Lowlife only has eight songs on it but almost every one is a winner, disco and rock seamlessly intertwined. The sound combines full on synths and sequencers with Hooky’s distorted bass providing the rock ballast. Stephen’s drumming, with plenty of digital delay, is crisp and loud. The guitars are trebly and choppy, like Velvets era Lou Reed on acid. Lowlife is the first New Order album to contain singles and the first to feature band photographs on the cover (which Peter Saville then obscured by wrapping in tracing paper). From opener the Salford country & western of Love Vigilantes with Barney’s enigmatic Vietnam War lyric to the magnificent closer Face Up this is a record I never get bored of. Face Up is huge, a glorious synth and bass intro, sampled choral voices, synth drum pads and then … whoosh, we bounce along in NO disco heaven. The lyrics contain the usual mix of clunkers and the perfect skewering of life (see ‘your hair was blonde, your eyes were blue, guess what I’m gonna do to you’ and ‘we were young and we were pure and life was just an open door’). Up until 1989 the lyrics were usually a group effort. For Technique Barney took over lyrics and vocals completely, something else Hooky rues as a nail in the coffin.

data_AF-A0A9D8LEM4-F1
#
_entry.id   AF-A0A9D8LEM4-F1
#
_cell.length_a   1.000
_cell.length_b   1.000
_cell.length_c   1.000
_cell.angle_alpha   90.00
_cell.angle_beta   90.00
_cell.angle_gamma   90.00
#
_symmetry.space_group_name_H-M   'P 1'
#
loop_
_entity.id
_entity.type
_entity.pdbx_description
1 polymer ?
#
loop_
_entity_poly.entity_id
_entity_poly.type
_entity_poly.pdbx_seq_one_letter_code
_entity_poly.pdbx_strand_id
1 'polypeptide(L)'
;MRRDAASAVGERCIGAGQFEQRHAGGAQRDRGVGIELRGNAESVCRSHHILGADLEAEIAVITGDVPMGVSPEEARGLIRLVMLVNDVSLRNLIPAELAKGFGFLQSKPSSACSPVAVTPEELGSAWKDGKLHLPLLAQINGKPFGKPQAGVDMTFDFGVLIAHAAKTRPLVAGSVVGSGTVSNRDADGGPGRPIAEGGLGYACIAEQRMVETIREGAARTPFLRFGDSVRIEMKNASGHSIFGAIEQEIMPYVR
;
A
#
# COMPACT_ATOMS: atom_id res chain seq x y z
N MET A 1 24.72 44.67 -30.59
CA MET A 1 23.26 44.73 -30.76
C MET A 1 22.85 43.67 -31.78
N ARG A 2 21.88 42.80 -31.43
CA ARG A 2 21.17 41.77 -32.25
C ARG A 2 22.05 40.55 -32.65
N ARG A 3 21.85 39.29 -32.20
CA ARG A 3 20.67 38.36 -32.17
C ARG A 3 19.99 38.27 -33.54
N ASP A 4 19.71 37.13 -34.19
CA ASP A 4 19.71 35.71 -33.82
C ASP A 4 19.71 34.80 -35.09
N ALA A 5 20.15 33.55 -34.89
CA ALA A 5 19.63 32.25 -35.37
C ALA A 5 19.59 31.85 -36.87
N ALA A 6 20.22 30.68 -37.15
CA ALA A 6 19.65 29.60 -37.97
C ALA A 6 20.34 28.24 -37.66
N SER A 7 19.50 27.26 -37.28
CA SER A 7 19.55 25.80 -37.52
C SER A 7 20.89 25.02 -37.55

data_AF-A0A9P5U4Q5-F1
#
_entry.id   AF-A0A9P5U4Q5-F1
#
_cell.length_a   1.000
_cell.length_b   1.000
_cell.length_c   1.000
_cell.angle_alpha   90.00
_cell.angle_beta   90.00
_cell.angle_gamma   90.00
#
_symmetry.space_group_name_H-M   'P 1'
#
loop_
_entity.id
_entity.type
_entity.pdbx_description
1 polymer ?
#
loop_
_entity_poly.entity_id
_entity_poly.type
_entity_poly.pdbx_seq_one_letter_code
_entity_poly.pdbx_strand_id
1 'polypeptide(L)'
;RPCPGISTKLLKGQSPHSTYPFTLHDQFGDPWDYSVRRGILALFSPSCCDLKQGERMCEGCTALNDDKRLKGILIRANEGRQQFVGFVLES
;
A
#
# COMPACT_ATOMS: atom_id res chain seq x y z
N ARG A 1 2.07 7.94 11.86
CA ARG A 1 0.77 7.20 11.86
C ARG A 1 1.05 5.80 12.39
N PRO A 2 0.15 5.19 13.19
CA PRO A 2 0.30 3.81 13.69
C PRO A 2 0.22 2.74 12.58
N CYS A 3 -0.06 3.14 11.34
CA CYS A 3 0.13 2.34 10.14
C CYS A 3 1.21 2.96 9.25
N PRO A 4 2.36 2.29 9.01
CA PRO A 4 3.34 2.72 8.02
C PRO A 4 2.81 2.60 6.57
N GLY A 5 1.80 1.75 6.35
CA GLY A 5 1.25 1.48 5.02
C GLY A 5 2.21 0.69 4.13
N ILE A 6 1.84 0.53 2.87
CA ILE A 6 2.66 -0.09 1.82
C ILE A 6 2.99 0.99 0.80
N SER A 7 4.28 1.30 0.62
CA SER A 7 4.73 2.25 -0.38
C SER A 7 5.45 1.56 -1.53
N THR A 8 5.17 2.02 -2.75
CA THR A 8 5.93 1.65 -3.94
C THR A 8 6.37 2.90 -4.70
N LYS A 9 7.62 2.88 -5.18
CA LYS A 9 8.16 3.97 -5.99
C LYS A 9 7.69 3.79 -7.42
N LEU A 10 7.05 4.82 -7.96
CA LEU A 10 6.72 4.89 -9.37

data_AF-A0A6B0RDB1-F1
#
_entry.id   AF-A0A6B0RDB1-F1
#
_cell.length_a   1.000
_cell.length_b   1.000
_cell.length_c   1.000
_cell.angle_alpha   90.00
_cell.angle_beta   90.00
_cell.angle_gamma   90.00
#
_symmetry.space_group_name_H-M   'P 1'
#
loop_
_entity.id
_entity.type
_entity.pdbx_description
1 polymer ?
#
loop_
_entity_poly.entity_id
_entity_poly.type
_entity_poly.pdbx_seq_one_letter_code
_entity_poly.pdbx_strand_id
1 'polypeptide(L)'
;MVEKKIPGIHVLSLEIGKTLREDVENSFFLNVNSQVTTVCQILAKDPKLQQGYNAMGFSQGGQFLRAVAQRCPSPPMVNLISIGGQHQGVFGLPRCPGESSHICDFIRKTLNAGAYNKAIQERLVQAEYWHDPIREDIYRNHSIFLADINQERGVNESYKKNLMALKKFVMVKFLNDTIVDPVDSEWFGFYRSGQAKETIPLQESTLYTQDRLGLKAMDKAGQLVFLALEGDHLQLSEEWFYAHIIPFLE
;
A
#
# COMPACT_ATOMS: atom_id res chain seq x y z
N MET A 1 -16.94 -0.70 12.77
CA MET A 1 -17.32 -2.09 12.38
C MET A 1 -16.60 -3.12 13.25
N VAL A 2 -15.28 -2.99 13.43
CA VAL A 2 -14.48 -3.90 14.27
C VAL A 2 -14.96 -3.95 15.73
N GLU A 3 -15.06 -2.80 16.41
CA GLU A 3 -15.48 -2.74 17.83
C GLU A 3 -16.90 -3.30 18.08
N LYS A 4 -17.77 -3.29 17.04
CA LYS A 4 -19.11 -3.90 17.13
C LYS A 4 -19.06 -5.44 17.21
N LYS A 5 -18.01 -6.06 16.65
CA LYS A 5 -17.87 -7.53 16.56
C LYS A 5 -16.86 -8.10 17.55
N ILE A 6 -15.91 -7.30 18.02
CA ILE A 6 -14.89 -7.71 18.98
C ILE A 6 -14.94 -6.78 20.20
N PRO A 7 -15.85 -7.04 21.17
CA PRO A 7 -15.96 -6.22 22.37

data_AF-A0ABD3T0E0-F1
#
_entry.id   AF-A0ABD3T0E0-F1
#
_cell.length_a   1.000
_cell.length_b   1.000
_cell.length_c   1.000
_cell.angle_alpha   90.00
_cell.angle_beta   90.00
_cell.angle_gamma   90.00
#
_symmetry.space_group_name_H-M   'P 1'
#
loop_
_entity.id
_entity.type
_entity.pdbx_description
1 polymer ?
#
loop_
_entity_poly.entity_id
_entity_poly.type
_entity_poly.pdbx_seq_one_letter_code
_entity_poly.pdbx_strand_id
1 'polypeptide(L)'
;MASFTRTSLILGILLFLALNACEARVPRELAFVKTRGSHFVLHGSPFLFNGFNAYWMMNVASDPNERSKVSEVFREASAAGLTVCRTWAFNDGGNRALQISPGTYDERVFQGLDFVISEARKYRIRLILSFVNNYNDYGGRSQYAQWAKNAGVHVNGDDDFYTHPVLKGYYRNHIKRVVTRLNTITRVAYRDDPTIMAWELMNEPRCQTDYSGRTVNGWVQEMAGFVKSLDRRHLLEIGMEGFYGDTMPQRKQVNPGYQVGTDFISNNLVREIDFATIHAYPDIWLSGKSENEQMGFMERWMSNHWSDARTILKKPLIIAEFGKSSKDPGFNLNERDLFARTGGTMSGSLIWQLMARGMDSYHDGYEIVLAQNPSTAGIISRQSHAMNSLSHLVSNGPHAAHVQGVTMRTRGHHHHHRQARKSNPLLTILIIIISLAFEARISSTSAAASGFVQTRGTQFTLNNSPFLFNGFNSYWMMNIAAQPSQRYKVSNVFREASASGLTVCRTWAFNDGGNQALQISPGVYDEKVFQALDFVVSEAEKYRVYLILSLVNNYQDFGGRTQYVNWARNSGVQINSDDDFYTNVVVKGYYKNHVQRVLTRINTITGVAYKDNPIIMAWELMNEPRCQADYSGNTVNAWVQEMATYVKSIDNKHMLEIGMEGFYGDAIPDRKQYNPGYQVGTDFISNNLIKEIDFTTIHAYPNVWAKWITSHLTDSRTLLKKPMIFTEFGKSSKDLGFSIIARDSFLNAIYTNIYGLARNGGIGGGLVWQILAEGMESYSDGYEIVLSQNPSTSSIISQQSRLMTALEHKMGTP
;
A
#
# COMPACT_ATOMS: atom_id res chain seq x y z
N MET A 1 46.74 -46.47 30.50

Sub-culture is here too, another disco-rock peak, Barney’s vocals sounding like a guide vocal that he never bothered to redo (and all the better for it). That one fingered synth intro, followed by the drum machine and then the dark lyrics about walking in the park late at night and shafting on your own. Sub-culture is a close cousin of The Perfect Kiss and builds similarly, synth drums and bass riffs piling on top of each other. It was later released as a single in remixed form (by John Robie, an inferior version really with backing vox and synth stabs. Peter Saville was so disappointed he refused to design a sleeve for it). Hooky points to Robie’s influence as being one of the turning points that ruined the group. Before Robie they didn’t write songs following any rules- after Robie Bernard insisted on all the songs being in his key and eventually they became verse-chorus- middle eight formulaic. But let’s leave the blame game aside and stick to the songs. Elegia is their intense instrumental tribute to their former, deceased frontman. I posted the unedited fifteen minute version last autumn and if you haven’t heard it you should seek it out. The Perfect Kiss is inserted as track two, a peak among peaks (although it’s an edited version on Lowlife. You need the full-on 12″ version, a single for which the 12″ format might have been invented). The Perfect Kiss has peaks and troughs, bass playing that is something else entirely, and several climaxes. This Time Of Night and Sooner Than You Think are both good album tracks. If pushed I could live without Sooner…. I suppose. But today’s song is this one, closing side one, Sunrise. Possibly the rockiest song on Lowlife it opens with descending synth chords before being joined by a superb bass riff -then the whole band join in, pronto. The guitars rattle, bottle tops on the strings to get a Morricone sound and Bernard’s vocal is straining, at the top of his register. The synths continue to wash away. The guitar, bass and drums drive away. At the end Bernard thrashes the toggle switch on his guitar. Done.